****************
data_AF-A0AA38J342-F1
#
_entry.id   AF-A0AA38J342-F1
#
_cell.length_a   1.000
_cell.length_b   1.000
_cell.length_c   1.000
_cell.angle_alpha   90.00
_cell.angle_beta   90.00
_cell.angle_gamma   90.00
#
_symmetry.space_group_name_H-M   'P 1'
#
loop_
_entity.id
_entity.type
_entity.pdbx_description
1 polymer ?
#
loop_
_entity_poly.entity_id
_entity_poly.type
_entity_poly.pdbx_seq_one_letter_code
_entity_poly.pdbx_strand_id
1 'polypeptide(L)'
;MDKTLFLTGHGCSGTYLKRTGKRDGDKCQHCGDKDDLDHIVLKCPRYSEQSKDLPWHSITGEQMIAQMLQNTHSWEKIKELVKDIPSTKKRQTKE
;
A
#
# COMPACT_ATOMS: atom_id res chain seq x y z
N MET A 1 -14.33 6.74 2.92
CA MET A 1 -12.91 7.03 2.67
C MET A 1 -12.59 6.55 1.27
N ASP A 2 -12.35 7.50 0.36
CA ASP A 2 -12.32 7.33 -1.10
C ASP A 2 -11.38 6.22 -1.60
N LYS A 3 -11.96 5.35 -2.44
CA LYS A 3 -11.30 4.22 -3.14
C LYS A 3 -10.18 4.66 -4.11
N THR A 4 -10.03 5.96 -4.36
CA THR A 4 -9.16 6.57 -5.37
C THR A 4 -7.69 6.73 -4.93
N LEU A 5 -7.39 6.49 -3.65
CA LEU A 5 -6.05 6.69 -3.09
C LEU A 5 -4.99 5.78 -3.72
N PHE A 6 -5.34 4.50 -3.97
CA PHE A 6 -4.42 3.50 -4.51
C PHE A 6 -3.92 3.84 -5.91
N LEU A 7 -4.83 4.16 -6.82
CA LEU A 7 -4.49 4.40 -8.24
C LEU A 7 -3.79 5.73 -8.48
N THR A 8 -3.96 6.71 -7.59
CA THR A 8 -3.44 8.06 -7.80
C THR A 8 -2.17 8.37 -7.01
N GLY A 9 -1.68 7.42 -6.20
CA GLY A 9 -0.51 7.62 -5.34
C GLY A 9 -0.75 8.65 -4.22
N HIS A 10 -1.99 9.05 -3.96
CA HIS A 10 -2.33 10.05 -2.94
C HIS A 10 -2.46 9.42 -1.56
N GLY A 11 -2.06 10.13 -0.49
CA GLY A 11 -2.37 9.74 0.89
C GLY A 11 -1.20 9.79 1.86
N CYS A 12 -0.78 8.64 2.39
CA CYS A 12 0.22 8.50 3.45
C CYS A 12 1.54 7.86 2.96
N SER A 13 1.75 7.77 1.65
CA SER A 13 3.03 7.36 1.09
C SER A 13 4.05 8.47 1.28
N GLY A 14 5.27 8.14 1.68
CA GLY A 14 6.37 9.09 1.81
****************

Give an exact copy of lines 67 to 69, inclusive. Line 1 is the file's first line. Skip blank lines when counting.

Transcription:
N SER A 13 1.75 7.77 1.65
CA SER A 13 3.03 7.36 1.09
C SER A 13 4.05 8.47 1.28